There’s a town of Jewish folklore we all know. It’s had a number of names over the centuries – Schildburg, in the sixteenth century, Poyzn in the nineteenth. Eventually, Chelm. These have all been our city of foolishness.
For some time, I’ve wondered if we have created an American version of this city. It’s a town, though, that is not a mere safe haven for silliness. To be blunt: It’s a city of hate.
A little over a week ago, I realized I was living in this city, and that this city seems to be my native country, actually. I came to this conclusion after the city mayor, a man known as “The Donald,” made another run through Main Street. The Donald is known for running amok through the town, brandishing a weapon called Twitter.
Twitter is quite an effective weapon, actually: It’s fast, furious, and unstoppable.
Using Twitter, The Donald attacked a Muslim family: specifically, Khizr and Ghazala Khan, the parents of Captain Humayun Khan, who died protecting his troops in Iraq in 2004. The attack was heartless and hate-filled.
That’s our town. Hatesville.
I decided to write to other officials of our town, because I wondered if the town’s councilmen and women might feel that the mayor might need to step down, find a nice house in the country, and consider daily meditation to calm his raging nature.
I wrote as a rabbi, a spiritual leader.
Rep. Larry Pittman represents me in the North Carolina legislature. Donald Trump has attacked brave men and women, I wrote. “Why do you not do the right thing and repudiate Donald Trump?” I asked.
I addressed my email: “Dear Representative Pittman.” I signed it, “Rabbi Barbara Thiede.”
Mr. Pittman avoided my title. In fact, he avoided using any sort of address. He wrote: “Trump is not against the American people.”
Hmmm. Maybe Muslims, Americans of Mexican descent, women who don’t fit Mr. Trump’s standards of beauty, and, perhaps, even crying babies are not included among “the American people.” I read on.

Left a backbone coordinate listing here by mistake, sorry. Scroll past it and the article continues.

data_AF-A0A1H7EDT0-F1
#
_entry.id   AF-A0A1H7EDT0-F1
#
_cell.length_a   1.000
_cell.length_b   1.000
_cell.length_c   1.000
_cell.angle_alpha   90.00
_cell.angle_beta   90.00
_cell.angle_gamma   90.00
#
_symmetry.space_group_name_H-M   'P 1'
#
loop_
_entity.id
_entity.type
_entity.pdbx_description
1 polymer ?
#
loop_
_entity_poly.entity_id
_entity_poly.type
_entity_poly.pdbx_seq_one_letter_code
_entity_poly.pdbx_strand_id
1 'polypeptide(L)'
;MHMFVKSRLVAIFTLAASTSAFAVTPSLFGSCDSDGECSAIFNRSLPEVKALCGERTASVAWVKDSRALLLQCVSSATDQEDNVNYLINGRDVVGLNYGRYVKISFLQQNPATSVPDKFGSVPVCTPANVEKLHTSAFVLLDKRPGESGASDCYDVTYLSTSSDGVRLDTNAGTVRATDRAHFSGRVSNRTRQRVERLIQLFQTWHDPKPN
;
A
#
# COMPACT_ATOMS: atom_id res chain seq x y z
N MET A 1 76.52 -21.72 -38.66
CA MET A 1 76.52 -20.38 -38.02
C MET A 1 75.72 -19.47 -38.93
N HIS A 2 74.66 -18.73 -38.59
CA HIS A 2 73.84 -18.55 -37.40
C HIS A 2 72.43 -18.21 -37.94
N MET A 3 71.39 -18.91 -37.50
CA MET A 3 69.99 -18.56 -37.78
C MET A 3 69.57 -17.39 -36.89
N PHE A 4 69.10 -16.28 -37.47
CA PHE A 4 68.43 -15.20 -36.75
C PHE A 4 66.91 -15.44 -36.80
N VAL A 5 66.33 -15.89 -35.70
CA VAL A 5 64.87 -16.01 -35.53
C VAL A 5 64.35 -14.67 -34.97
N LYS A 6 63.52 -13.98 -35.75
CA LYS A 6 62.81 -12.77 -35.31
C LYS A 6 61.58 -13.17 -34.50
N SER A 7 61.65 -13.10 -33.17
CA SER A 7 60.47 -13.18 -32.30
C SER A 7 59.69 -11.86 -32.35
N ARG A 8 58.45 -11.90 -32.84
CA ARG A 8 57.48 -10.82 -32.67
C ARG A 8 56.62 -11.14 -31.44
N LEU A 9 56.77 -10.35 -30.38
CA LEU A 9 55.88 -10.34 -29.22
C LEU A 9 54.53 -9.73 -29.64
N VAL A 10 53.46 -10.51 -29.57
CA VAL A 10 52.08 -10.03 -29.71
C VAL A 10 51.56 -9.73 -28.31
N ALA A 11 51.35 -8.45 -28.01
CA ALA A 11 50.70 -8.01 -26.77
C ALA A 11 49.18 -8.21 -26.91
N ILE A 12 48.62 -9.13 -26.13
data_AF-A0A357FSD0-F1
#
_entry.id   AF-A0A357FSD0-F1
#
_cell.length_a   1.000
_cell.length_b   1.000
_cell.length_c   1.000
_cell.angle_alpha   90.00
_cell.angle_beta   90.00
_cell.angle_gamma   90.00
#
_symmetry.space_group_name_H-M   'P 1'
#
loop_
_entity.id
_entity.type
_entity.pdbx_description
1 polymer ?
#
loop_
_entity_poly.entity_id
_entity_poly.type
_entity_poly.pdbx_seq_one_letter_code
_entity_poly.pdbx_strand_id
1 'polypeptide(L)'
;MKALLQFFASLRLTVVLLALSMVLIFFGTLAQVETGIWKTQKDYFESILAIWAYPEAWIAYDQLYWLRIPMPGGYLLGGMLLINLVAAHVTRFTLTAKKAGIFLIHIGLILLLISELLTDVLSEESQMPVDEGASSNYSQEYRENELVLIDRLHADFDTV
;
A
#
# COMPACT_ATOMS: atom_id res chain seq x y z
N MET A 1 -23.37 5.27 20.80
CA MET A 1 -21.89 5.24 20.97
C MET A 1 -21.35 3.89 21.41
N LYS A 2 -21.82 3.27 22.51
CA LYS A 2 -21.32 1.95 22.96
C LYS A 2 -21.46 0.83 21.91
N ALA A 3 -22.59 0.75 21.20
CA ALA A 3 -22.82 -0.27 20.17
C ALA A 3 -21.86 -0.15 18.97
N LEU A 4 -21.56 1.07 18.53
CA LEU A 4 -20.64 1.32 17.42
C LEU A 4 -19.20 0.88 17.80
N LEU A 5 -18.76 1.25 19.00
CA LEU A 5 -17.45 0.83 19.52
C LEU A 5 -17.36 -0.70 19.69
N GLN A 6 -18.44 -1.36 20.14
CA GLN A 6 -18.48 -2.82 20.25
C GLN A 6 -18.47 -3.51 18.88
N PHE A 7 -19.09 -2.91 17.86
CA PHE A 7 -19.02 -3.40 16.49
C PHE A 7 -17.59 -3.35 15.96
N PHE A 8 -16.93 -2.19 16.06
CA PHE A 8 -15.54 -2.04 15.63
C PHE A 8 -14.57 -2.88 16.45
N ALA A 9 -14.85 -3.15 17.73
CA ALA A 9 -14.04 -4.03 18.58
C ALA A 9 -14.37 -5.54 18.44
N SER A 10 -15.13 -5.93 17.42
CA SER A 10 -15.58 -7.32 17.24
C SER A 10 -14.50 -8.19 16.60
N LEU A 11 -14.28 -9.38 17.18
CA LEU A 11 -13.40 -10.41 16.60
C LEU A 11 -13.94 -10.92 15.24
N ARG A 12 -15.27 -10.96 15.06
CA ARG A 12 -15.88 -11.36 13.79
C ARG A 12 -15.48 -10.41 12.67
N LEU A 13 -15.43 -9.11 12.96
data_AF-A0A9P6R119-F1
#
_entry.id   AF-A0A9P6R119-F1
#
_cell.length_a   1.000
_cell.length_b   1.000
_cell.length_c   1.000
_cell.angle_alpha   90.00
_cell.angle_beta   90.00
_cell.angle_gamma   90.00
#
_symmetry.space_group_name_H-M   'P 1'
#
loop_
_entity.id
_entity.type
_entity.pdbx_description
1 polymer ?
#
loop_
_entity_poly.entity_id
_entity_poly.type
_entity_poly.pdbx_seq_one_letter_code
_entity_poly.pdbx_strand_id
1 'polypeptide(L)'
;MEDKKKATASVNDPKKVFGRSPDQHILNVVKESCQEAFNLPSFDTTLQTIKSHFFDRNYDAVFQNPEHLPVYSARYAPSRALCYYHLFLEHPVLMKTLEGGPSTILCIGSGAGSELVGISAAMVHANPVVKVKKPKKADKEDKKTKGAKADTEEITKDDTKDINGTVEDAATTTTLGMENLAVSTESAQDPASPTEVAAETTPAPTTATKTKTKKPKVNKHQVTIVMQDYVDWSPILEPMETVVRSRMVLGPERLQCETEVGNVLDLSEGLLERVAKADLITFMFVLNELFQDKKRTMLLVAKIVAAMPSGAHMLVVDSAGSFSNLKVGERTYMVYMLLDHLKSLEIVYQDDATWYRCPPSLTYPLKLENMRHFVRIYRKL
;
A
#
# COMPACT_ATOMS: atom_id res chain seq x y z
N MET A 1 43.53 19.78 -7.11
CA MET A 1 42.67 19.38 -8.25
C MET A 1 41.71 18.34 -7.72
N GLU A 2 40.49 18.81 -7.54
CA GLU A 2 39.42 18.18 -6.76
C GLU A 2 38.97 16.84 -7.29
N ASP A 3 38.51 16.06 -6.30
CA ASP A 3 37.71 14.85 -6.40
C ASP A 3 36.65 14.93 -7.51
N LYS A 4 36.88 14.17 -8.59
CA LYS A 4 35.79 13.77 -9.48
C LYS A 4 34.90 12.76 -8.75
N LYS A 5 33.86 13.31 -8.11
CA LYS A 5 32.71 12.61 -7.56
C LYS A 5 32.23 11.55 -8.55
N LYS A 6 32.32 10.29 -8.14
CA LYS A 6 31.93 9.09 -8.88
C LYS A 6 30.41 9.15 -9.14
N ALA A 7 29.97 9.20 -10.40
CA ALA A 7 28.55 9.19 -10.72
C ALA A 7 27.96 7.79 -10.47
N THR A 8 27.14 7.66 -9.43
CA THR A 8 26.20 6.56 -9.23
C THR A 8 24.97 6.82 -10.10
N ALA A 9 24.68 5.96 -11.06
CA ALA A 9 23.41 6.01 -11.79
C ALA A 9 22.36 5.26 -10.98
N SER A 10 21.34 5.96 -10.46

“But most of all,” Pittman wrote, “love of God, not God as He is reimagined by those who reject the authority of Scripture, but God as Scripture and personal acquaintance with His Son present Him, and love of country, make it absolutely unthinkable to allow Hillary Clinton anywhere near the White House… I must vote for Trump to save the people of our nation from Hillary.”
Admittedly, from my rabbinic perspective, God is one and all humanity are God’s children. But, if I may say so, many of my closest friends and neighbors here in Cabarrus County have such an acquaintance with the divine as Mr. Pittman describes. They are dear to me and the world because of the goodness and generosity with which they manifest that relationship.
“Are you truly suggesting that a believing Christian can only vote for Donald Trump?” I asked. I signed simply as “Rabbi Barbara,” hoping that a more informal approach might grant me the grace of an address.
No such luck. But Pittman did answer. It turns out that no believing Christian has a “reasonable excuse” for voting for Hillary Clinton. Why? Donald Trump “is the only chance we have to stop a murderous criminal from getting back in power.”
Oy gevalt. The Donald has councilmen supporting him who are clearly with Hatesville.
For centuries, American leaders have been inspired by the Sermon on the Mount to describe our country as a city on the hill, a model of charity and virtue. “These visitors to that city on the Potomac do not come as… Jews or Christians; conservatives or liberals; or Democrats or Republicans. They are Americans awed by what has gone before, proud of what for them is still…a shining city on a hill.”
BTW: That was Ronald Reagan.
I think I’d like to move to that city.